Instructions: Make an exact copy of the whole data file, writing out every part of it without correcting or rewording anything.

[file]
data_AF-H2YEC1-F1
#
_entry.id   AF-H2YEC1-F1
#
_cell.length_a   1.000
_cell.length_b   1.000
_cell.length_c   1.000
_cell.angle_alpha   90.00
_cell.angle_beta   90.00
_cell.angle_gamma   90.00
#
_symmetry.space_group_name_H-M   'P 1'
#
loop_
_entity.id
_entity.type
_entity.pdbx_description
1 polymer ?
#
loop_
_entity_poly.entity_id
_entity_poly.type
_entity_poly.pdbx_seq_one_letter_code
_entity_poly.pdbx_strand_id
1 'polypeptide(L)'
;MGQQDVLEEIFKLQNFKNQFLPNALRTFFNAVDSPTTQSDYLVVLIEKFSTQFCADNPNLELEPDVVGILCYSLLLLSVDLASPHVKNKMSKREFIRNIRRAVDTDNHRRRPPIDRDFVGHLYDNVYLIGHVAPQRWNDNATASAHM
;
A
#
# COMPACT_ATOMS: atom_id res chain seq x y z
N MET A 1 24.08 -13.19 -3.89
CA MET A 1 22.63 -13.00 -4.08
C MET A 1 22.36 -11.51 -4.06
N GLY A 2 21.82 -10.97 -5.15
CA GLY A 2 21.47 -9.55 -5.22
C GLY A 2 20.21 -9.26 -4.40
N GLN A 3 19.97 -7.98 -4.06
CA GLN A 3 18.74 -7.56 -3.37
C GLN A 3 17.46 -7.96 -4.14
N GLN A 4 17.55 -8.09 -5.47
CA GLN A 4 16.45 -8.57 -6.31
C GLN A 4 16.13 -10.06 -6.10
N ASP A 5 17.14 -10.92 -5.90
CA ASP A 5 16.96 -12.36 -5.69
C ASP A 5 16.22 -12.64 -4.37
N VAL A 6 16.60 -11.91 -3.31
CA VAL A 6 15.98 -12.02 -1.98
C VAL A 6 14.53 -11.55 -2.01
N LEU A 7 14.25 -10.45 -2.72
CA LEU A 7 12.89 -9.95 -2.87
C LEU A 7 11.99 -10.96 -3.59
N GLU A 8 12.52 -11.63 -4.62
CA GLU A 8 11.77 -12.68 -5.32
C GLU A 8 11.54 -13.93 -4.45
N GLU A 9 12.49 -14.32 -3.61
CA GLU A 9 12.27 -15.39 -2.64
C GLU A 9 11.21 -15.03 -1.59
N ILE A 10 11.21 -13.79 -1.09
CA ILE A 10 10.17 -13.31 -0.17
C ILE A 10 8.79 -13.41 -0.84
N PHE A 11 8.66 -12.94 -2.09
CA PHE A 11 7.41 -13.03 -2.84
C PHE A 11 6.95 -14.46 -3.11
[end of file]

data_AF-H2YEC1-F1
#
_entry.id   AF-H2YEC1-F1
#
_cell.length_a   1.000
_cell.length_b   1.000
_cell.length_c   1.000
_cell.angle_alpha   90.00
_cell.angle_beta   90.00
_cell.angle_gamma   90.00
#
_symmetry.space_group_name_H-M   'P 1'
#
loop_
_entity.id
_entity.type
_entity.pdbx_description
1 polymer ?
#
loop_
_entity_poly.entity_id
_entity_poly.type
_entity_poly.pdbx_seq_one_letter_code
_entity_poly.pdbx_strand_id
1 'polypeptide(L)'
;MGQQDVLEEIFKLQNFKNQFLPNALRTFFNAVDSPTTQSDYLVVLIEKFSTQFCADNPNLELEPDVVGILCYSLLLLSVDLASPHVKNKMSKREFIRNIRRAVDTDNHRRRPPIDRDFVGHLYDNVYLIGHVAPQRWNDNATASAHM
;
A
#
# COMPACT_ATOMS: atom_id res chain seq x y z
N MET A 1 24.08 -13.19 -3.89
CA MET A 1 22.63 -13.00 -4.08
C MET A 1 22.36 -11.51 -4.06
N GLY A 2 21.82 -10.97 -5.15
CA GLY A 2 21.47 -9.55 -5.22
C GLY A 2 20.21 -9.26 -4.40
N GLN A 3 19.97 -7.98 -4.06
CA GLN A 3 18.74 -7.56 -3.37
C GLN A 3 17.46 -7.96 -4.14
N GLN A 4 17.55 -8.09 -5.47
CA GLN A 4 16.45 -8.57 -6.31
C GLN A 4 16.13 -10.06 -6.10
N ASP A 5 17.14 -10.92 -5.90
CA ASP A 5 16.96 -12.36 -5.69
C ASP A 5 16.22 -12.64 -4.37
N VAL A 6 16.60 -11.91 -3.31
CA VAL A 6 15.98 -12.02 -1.98
C VAL A 6 14.53 -11.55 -2.01
N LEU A 7 14.25 -10.45 -2.72
CA LEU A 7 12.89 -9.95 -2.87
C LEU A 7 11.99 -10.96 -3.59
N GLU A 8 12.52 -11.63 -4.62
CA GLU A 8 11.77 -12.68 -5.32
C GLU A 8 11.54 -13.93 -4.45
N GLU A 9 12.49 -14.32 -3.61
CA GLU A 9 12.27 -15.39 -2.64
C GLU A 9 11.21 -15.03 -1.59
N ILE A 10 11.21 -13.79 -1.09
CA ILE A 10 10.17 -13.31 -0.17
C ILE A 10 8.79 -13.41 -0.84
N PHE A 11 8.66 -12.94 -2.09
CA PHE A 11 7.41 -13.03 -2.84
C PHE A 11 6.95 -14.46 -3.11